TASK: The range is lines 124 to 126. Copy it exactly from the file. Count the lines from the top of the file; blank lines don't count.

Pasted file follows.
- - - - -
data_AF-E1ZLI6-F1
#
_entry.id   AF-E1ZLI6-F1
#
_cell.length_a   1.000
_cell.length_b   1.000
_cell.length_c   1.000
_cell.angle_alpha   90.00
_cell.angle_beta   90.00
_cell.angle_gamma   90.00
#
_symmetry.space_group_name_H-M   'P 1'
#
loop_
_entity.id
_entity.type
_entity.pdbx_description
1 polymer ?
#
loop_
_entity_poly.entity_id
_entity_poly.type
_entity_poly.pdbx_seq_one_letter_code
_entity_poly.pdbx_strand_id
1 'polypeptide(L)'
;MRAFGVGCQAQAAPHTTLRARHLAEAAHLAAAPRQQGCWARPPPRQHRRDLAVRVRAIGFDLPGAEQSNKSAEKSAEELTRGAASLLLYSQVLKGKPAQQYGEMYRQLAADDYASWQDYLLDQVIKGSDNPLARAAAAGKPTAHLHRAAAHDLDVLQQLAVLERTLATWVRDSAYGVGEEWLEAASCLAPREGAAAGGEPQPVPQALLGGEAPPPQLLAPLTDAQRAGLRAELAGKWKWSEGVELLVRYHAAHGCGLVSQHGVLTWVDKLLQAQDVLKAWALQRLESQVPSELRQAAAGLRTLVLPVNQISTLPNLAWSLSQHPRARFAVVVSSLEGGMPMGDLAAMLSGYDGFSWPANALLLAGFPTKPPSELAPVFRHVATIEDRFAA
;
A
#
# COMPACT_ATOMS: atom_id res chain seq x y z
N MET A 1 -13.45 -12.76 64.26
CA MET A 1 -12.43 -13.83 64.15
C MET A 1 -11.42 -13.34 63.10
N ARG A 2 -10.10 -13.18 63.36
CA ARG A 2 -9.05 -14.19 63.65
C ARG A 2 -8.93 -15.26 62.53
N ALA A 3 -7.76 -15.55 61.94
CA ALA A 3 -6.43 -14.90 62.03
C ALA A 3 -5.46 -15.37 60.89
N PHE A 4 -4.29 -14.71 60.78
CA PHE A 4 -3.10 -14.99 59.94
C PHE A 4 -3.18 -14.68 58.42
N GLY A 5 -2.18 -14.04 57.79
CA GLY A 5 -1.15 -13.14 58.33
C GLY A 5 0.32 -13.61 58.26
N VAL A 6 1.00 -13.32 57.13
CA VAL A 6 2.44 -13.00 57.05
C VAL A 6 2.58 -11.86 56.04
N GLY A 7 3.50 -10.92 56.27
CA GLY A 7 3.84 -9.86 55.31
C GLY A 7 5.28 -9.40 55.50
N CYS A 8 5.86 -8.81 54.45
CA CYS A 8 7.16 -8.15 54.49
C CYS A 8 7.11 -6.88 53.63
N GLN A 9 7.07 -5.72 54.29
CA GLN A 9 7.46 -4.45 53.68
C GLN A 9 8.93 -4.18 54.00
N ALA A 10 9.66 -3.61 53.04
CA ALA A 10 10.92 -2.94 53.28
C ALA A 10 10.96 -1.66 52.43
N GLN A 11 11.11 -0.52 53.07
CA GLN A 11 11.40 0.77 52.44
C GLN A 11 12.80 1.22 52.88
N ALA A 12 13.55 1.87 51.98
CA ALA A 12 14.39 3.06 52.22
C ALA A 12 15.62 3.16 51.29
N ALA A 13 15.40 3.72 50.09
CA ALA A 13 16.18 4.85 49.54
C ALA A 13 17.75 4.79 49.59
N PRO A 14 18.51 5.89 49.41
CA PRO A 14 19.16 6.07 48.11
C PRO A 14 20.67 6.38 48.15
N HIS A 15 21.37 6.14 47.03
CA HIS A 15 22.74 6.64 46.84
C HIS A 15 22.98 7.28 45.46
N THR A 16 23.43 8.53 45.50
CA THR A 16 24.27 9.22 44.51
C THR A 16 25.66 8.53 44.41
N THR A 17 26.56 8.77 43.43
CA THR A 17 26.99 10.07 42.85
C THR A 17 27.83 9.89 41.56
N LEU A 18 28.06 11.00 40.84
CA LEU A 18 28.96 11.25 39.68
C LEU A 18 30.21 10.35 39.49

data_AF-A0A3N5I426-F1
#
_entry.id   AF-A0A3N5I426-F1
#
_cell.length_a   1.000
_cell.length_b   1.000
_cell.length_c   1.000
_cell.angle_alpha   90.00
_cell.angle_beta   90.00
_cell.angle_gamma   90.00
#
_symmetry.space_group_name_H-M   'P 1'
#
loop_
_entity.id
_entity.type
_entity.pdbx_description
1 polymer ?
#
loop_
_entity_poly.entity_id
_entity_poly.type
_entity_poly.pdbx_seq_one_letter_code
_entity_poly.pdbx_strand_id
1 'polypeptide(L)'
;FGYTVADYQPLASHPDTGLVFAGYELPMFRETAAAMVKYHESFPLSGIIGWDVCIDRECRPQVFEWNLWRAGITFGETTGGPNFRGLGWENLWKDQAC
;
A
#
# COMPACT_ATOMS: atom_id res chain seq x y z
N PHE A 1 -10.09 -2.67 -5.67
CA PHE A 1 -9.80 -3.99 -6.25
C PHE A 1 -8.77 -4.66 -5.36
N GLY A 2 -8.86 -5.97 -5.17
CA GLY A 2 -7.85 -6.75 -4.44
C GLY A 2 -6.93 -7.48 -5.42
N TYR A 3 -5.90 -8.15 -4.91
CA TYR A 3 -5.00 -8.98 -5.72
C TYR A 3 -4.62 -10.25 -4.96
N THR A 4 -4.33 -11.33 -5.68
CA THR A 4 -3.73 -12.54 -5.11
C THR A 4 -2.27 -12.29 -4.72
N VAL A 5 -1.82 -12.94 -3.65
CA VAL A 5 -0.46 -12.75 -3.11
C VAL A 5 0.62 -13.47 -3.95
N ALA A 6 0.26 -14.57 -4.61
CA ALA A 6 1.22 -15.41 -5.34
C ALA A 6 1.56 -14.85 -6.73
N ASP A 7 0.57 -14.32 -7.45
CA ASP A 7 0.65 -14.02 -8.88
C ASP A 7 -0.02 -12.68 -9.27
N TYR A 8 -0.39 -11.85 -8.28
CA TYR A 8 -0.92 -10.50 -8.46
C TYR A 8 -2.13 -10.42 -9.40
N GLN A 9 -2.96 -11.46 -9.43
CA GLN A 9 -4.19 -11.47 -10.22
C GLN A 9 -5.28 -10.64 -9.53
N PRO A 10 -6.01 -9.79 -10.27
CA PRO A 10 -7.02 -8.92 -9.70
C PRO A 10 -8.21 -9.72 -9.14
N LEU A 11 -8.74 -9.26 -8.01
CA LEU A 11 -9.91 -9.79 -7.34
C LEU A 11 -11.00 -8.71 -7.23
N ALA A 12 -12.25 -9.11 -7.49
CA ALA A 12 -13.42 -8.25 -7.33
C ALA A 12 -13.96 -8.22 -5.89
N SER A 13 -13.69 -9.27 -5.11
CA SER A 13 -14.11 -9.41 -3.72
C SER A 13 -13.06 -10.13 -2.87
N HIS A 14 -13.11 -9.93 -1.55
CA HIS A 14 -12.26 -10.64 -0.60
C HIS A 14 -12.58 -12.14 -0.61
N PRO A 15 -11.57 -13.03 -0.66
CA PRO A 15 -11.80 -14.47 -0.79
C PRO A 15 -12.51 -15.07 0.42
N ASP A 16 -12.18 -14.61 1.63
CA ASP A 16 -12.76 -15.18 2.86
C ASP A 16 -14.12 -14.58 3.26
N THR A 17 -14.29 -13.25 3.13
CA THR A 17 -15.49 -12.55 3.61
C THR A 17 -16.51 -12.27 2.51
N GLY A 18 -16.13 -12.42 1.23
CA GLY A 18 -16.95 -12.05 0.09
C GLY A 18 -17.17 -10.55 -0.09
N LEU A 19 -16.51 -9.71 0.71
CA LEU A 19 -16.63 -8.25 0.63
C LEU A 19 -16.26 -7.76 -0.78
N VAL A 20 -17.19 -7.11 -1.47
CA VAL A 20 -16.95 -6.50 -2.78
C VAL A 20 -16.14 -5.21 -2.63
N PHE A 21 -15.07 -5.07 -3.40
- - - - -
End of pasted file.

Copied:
N THR A 4 -4.33 -11.33 -5.68
CA THR A 4 -3.73 -12.54 -5.11
C THR A 4 -2.27 -12.29 -4.72